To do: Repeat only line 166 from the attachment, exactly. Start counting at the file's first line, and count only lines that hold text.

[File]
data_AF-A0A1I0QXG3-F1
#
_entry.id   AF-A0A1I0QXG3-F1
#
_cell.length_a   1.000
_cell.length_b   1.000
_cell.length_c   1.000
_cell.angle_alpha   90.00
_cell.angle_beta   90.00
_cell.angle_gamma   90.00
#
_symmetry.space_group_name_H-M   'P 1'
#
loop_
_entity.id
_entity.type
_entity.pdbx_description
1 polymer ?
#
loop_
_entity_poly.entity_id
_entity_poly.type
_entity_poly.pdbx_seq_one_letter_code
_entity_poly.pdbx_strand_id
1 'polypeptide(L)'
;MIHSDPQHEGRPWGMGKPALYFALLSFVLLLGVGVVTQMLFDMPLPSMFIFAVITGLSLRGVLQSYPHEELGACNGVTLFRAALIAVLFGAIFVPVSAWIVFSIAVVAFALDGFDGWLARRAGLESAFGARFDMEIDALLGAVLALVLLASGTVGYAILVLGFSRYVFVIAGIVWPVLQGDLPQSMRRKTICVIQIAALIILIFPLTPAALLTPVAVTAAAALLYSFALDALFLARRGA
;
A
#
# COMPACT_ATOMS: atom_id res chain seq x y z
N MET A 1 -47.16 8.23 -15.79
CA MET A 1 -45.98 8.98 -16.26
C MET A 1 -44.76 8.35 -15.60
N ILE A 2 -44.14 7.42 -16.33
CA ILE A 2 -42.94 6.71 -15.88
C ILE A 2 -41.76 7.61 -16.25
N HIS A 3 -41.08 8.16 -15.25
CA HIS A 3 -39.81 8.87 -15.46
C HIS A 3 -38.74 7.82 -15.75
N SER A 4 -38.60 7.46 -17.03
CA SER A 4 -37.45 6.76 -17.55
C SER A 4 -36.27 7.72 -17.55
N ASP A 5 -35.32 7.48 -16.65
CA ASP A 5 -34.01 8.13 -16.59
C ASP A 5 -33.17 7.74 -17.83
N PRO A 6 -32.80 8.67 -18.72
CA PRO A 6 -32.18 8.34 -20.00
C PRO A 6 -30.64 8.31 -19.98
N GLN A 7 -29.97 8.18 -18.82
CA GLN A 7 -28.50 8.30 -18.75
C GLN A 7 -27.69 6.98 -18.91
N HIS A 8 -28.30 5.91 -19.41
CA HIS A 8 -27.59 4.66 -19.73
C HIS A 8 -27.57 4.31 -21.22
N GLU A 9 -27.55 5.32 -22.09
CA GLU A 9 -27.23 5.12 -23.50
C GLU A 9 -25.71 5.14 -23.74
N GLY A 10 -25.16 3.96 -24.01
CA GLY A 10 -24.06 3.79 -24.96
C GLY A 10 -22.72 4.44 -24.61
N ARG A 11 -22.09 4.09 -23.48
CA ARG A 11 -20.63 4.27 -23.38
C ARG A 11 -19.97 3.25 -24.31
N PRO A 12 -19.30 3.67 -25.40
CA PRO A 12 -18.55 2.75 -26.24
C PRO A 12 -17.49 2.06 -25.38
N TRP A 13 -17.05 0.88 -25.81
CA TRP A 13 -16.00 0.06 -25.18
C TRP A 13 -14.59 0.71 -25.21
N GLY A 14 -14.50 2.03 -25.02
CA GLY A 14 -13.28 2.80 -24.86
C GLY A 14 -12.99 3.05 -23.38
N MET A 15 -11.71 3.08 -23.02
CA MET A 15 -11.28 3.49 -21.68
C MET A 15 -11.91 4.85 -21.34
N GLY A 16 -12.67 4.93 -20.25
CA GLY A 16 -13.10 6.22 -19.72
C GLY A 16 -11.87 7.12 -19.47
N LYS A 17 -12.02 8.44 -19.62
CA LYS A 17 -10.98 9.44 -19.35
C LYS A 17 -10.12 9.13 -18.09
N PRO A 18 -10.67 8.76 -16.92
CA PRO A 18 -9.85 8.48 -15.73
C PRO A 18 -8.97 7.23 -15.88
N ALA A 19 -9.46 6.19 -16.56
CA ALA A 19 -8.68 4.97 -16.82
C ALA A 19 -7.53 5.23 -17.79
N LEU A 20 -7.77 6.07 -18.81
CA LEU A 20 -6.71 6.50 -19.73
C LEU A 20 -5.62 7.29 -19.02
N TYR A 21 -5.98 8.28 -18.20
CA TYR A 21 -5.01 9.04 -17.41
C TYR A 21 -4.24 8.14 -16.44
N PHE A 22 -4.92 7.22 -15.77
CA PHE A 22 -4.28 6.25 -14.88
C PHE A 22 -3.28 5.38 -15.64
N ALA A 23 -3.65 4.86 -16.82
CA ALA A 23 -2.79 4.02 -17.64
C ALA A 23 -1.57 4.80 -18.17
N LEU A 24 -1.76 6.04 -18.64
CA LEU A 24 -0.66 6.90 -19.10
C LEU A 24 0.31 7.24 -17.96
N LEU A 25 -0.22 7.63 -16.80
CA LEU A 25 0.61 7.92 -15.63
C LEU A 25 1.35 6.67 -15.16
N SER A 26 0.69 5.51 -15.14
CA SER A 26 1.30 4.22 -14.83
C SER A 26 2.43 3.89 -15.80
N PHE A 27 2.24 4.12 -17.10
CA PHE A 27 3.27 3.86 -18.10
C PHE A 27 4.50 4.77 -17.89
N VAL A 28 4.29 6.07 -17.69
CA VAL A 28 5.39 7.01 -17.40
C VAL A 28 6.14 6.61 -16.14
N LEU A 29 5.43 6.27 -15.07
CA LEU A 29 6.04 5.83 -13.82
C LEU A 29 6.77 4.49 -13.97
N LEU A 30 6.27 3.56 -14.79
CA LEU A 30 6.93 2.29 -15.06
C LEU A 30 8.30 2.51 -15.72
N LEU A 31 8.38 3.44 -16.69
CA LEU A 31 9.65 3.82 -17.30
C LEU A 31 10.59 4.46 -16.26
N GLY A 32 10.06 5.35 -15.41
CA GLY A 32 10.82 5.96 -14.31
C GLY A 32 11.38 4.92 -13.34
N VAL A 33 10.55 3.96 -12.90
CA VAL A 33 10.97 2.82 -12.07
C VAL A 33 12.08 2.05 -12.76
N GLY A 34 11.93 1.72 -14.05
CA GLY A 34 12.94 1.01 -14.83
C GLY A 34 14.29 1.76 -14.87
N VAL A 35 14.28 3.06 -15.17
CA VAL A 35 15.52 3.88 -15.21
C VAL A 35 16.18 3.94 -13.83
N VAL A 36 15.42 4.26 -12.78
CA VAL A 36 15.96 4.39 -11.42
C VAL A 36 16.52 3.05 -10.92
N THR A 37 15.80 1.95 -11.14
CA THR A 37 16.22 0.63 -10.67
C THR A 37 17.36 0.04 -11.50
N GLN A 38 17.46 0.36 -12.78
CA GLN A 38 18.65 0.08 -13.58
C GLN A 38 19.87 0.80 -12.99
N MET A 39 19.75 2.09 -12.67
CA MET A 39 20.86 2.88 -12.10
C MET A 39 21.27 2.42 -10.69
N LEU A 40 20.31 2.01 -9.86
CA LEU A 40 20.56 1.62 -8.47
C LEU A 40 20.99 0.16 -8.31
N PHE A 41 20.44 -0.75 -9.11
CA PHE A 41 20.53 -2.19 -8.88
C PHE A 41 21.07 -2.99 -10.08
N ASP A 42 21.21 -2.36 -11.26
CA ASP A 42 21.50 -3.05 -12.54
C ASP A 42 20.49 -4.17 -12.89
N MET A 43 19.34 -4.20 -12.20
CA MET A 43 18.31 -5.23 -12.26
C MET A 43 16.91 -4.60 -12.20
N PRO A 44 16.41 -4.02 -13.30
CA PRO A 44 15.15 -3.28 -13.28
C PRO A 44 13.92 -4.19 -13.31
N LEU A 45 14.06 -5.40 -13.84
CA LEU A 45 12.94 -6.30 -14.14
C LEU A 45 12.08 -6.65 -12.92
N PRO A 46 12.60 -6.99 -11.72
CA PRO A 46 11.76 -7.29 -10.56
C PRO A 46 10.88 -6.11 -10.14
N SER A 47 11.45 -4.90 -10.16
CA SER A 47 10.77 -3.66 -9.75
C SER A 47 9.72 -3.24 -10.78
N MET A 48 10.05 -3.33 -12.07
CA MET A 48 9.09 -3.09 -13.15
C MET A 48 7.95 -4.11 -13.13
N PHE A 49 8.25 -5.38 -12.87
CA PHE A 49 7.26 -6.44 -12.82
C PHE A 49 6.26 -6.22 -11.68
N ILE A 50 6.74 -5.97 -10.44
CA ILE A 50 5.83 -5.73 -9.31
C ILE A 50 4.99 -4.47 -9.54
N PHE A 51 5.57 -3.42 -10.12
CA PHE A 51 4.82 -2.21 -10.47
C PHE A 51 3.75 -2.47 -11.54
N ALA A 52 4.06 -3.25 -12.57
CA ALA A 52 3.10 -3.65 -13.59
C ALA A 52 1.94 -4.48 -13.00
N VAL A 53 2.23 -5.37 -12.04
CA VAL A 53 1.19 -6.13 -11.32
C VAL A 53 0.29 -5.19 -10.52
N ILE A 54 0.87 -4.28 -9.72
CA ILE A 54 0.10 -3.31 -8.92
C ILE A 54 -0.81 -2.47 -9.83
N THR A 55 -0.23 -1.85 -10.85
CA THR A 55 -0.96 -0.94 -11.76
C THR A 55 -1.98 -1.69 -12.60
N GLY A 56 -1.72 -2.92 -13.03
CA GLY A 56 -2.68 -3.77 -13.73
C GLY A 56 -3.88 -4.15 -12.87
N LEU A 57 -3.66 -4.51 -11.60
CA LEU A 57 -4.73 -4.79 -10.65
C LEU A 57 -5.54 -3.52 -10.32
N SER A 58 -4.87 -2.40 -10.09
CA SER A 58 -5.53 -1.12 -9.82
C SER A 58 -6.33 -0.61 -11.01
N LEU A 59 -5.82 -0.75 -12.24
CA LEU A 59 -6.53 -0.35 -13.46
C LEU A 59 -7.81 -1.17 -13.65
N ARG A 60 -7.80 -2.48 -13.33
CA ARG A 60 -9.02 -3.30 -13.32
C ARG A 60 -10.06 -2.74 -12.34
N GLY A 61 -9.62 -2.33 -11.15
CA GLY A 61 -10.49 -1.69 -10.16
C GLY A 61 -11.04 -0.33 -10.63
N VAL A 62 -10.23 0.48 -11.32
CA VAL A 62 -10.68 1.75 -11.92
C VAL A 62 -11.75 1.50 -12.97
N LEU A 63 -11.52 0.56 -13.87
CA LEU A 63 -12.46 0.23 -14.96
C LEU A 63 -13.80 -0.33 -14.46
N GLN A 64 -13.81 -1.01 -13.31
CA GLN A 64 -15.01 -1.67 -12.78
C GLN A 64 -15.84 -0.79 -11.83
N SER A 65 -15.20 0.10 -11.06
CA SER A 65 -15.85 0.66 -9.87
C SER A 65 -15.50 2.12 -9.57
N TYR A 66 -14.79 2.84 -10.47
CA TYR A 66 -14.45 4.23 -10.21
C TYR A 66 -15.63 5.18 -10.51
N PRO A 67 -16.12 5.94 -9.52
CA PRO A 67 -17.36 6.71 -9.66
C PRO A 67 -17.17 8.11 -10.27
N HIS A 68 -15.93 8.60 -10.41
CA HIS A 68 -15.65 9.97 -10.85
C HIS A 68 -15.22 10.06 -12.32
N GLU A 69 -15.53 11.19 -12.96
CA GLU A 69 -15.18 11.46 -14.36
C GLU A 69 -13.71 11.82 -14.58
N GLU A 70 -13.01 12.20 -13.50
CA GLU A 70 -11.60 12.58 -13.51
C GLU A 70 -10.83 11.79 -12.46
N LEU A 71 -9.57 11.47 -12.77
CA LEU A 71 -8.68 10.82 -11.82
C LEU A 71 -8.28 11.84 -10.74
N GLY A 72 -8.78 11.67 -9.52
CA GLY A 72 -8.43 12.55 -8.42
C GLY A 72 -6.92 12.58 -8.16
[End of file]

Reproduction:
N PRO A 46 12.60 -6.99 -11.72